MEPS 391:267-278 (2009) - doi:10.3354/meps07981
Species- and sex-specific differences in foraging behaviour and foraging zones in blue-footed and brown boobies in the Gulf of California
Henri Weimerskirch1,*, Scott A. Shaffer2, Yann Tremblay2, Daniel P. Costa2, Hélène Gadenne1, Akiko Kato3,6, Yan Ropert-Coudert3,6, Katsufumi Sato4, David Aurioles5
ABSTRACT: When 2 closely related species co-occur, each exhibiting sex-specific differences in size, resource partitioning is expected. We studied sex-specific foraging behaviour of 2 sympatric seabird species in the Gulf of California to disentangle the respective influence of species and sex, but also mass and size of individuals, on observed foraging behaviour. We used highly accurate data loggers to study movements, diving behaviour and activity of brown and blue-footed boobies rearing young chicks. Interspecific differences were limited; brown boobies had longer foraging trips and spent less time on the water than blue-footed boobies. The major differences observed were sex-specific; females of each species tended to have longer foraging trips, foraged farther from the colony, flew greater distances and had larger zones of area-restricted search. These sex-specific differences were more prominent in brown than in blue-footed boobies. Diet and stable isotope analyses showed that, during the study period, both species fed mainly on sardines, at similar trophic levels and in similar zones; outside the breeding season, the carbon and nitrogen signatures from feathers were also similar on average. In these sympatric species that feed on a superabundant prey, sex-specific differences appear to have a greater role than species-specific differences. We suggest that sex-specific differences may be mainly related to breeding involvement, as males are more involved in nest attendance and defence and females are greater provisioners. However, we show that several sex-specific differences in observed foraging behaviour were partly or totally explained by body size (flight speeds, foraging range, flapping frequency) or by body mass (depths attained during diving, duration of dives), which are parameters influenced by biomechanical constraints such as flight and diving.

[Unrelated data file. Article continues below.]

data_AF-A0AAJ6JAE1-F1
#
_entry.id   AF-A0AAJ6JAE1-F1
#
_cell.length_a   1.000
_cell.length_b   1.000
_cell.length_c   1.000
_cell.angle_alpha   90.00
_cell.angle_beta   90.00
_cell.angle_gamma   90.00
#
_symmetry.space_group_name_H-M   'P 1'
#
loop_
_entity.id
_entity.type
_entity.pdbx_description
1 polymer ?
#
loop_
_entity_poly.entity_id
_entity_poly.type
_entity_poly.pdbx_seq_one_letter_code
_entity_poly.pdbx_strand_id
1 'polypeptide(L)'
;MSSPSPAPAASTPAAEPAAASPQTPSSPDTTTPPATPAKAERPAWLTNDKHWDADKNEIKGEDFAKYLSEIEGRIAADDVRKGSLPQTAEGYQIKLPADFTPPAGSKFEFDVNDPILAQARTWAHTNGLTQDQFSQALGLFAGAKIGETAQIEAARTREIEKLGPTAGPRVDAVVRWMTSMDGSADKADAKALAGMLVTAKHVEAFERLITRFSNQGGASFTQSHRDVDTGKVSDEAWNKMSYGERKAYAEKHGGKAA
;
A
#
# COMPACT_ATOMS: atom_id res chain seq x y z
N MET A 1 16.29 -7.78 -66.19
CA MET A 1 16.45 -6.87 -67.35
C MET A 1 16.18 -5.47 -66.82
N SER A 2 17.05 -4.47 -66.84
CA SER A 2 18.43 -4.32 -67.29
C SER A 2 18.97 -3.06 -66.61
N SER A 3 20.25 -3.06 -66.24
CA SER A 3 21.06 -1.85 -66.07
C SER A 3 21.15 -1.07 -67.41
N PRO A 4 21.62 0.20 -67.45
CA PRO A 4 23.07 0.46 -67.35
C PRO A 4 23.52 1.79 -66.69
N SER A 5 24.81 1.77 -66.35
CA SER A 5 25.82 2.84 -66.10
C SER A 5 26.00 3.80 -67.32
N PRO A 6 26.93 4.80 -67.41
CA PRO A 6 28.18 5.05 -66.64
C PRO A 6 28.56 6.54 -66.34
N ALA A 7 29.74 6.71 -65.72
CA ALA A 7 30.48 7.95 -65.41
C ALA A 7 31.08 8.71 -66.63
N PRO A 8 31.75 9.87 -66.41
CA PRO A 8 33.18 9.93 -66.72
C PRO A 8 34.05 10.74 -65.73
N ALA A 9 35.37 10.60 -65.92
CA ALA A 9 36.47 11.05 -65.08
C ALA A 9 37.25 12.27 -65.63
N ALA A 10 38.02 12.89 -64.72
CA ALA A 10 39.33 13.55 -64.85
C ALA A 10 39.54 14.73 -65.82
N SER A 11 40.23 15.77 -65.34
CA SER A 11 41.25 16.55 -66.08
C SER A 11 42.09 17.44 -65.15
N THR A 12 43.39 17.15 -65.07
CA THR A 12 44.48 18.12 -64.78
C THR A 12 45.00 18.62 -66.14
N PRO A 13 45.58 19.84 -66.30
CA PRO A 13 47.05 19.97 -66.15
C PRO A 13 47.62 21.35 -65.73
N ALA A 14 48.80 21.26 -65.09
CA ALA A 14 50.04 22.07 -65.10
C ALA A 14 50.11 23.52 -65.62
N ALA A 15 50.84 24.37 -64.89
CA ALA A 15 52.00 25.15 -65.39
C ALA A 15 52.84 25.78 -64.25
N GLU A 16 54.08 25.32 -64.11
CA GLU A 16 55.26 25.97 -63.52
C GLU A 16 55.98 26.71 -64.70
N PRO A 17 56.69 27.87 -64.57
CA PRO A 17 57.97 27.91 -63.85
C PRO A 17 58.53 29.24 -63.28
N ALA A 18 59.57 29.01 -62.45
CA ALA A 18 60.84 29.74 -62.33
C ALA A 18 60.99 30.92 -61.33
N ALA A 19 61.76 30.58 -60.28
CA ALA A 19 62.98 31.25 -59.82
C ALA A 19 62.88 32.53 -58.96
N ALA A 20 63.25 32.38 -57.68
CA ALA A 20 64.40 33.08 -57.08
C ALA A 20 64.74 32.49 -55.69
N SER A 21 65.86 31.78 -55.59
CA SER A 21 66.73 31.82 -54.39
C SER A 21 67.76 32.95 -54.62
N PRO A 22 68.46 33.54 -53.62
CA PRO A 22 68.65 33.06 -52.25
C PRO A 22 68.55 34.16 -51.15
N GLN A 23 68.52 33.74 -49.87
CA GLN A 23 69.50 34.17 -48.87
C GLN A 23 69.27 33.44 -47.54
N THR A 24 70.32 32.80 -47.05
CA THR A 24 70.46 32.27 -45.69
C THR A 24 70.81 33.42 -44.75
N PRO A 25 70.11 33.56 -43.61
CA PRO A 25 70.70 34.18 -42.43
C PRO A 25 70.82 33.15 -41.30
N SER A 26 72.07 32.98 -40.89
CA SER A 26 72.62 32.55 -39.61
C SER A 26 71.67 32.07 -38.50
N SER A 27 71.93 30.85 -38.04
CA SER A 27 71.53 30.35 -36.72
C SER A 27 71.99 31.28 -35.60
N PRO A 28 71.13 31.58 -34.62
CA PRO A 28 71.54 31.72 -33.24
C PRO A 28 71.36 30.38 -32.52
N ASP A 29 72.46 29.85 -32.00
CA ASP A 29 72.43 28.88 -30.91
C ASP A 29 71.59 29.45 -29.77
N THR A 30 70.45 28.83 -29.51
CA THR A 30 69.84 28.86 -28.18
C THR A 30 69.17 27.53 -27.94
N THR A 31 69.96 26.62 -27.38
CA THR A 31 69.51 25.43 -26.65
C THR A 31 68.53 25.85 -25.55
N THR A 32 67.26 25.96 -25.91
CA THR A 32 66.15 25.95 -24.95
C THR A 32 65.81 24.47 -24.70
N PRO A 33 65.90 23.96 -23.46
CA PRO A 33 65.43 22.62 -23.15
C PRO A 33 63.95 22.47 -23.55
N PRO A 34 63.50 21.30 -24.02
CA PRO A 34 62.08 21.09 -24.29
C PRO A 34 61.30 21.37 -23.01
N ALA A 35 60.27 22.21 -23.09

KEY WORDS: Accelerometers · GPS tracking · Sula leucogaster · Sula nebouxii · Area-restricted search · Fractal landscape method · Diet · Isotopes
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